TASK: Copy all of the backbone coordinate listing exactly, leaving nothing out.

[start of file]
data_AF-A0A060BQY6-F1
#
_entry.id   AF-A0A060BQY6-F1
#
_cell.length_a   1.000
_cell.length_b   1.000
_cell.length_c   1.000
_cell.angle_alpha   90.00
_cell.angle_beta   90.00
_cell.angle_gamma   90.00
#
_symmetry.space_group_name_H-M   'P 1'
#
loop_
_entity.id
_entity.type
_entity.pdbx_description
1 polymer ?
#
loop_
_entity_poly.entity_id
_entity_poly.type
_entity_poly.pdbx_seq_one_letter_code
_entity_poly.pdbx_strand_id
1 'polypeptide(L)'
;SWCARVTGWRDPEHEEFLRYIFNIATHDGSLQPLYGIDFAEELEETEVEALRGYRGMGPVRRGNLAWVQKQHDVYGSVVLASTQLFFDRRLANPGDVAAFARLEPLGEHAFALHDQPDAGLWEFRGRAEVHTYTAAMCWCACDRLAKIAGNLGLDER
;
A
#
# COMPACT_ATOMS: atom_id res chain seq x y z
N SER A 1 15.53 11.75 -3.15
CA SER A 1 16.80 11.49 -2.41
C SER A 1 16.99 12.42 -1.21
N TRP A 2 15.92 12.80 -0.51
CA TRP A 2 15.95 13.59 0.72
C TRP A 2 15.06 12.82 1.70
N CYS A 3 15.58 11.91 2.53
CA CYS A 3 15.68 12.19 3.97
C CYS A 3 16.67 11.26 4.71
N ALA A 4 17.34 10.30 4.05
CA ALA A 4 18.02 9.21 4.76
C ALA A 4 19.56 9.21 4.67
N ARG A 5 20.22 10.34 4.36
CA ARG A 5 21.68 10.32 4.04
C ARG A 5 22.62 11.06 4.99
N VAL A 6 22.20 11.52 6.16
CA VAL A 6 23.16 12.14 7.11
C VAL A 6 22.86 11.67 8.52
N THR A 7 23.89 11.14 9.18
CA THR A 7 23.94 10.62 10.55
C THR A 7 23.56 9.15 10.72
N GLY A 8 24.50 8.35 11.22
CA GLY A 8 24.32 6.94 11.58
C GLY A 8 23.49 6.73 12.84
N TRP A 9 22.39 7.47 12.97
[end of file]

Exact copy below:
data_AF-A0A060BQY6-F1
#
_entry.id   AF-A0A060BQY6-F1
#
_cell.length_a   1.000
_cell.length_b   1.000
_cell.length_c   1.000
_cell.angle_alpha   90.00
_cell.angle_beta   90.00
_cell.angle_gamma   90.00
#
_symmetry.space_group_name_H-M   'P 1'
#
loop_
_entity.id
_entity.type
_entity.pdbx_description
1 polymer ?
#
loop_
_entity_poly.entity_id
_entity_poly.type
_entity_poly.pdbx_seq_one_letter_code
_entity_poly.pdbx_strand_id
1 'polypeptide(L)'
;SWCARVTGWRDPEHEEFLRYIFNIATHDGSLQPLYGIDFAEELEETEVEALRGYRGMGPVRRGNLAWVQKQHDVYGSVVLASTQLFFDRRLANPGDVAAFARLEPLGEHAFALHDQPDAGLWEFRGRAEVHTYTAAMCWCACDRLAKIAGNLGLDER
;
A
#
# COMPACT_ATOMS: atom_id res chain seq x y z
N SER A 1 15.53 11.75 -3.15
CA SER A 1 16.80 11.49 -2.41
C SER A 1 16.99 12.42 -1.21
N TRP A 2 15.92 12.80 -0.51
CA TRP A 2 15.95 13.59 0.72
C TRP A 2 15.06 12.82 1.70
N CYS A 3 15.58 11.91 2.53
CA CYS A 3 15.68 12.19 3.97
C CYS A 3 16.67 11.26 4.71
N ALA A 4 17.34 10.30 4.05
CA ALA A 4 18.02 9.21 4.76
C ALA A 4 19.56 9.21 4.67
N ARG A 5 20.22 10.34 4.36
CA ARG A 5 21.68 10.32 4.04
C ARG A 5 22.62 11.06 4.99
N VAL A 6 22.20 11.52 6.16
CA VAL A 6 23.16 12.14 7.11
C VAL A 6 22.86 11.67 8.52
N THR A 7 23.89 11.14 9.18
CA THR A 7 23.94 10.62 10.55
C THR A 7 23.56 9.15 10.72
N GLY A 8 24.50 8.35 11.22
CA GLY A 8 24.32 6.94 11.58
C GLY A 8 23.49 6.73 12.84
N TRP A 9 22.39 7.47 12.97